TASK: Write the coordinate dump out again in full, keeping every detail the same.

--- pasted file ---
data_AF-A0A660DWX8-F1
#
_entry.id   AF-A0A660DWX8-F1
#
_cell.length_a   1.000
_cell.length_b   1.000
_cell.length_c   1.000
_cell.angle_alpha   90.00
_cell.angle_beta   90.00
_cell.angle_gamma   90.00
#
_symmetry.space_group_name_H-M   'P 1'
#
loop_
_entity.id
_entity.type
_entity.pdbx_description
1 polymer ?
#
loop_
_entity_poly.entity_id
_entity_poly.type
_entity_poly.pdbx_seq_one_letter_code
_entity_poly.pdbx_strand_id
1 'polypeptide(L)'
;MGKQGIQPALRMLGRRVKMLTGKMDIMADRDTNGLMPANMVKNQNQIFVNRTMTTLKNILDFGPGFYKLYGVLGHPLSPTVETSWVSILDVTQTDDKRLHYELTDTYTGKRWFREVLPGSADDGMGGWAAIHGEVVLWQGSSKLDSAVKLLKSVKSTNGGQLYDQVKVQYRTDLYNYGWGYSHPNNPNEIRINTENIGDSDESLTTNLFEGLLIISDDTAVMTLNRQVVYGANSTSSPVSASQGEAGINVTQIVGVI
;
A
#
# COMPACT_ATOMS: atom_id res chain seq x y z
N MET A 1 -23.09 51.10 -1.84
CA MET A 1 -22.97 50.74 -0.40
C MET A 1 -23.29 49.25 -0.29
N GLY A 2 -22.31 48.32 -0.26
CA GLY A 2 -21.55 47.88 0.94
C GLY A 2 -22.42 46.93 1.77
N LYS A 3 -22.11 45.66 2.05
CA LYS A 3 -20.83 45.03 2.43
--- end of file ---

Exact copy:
data_AF-A0A660DWX8-F1
#
_entry.id   AF-A0A660DWX8-F1
#
_cell.length_a   1.000
_cell.length_b   1.000
_cell.length_c   1.000
_cell.angle_alpha   90.00
_cell.angle_beta   90.00
_cell.angle_gamma   90.00
#
_symmetry.space_group_name_H-M   'P 1'
#
loop_
_entity.id
_entity.type
_entity.pdbx_description
1 polymer ?
#
loop_
_entity_poly.entity_id
_entity_poly.type
_entity_poly.pdbx_seq_one_letter_code
_entity_poly.pdbx_strand_id
1 'polypeptide(L)'
;MGKQGIQPALRMLGRRVKMLTGKMDIMADRDTNGLMPANMVKNQNQIFVNRTMTTLKNILDFGPGFYKLYGVLGHPLSPTVETSWVSILDVTQTDDKRLHYELTDTYTGKRWFREVLPGSADDGMGGWAAIHGEVVLWQGSSKLDSAVKLLKSVKSTNGGQLYDQVKVQYRTDLYNYGWGYSHPNNPNEIRINTENIGDSDESLTTNLFEGLLIISDDTAVMTLNRQVVYGANSTSSPVSASQGEAGINVTQIVGVI
;
A
#
# COMPACT_ATOMS: atom_id res chain seq x y z
N MET A 1 -23.09 51.10 -1.84
CA MET A 1 -22.97 50.74 -0.40
C MET A 1 -23.29 49.25 -0.29
N GLY A 2 -22.31 48.32 -0.26
CA GLY A 2 -21.55 47.88 0.94
C GLY A 2 -22.42 46.93 1.77
N LYS A 3 -22.11 45.66 2.05
CA LYS A 3 -20.83 45.03 2.43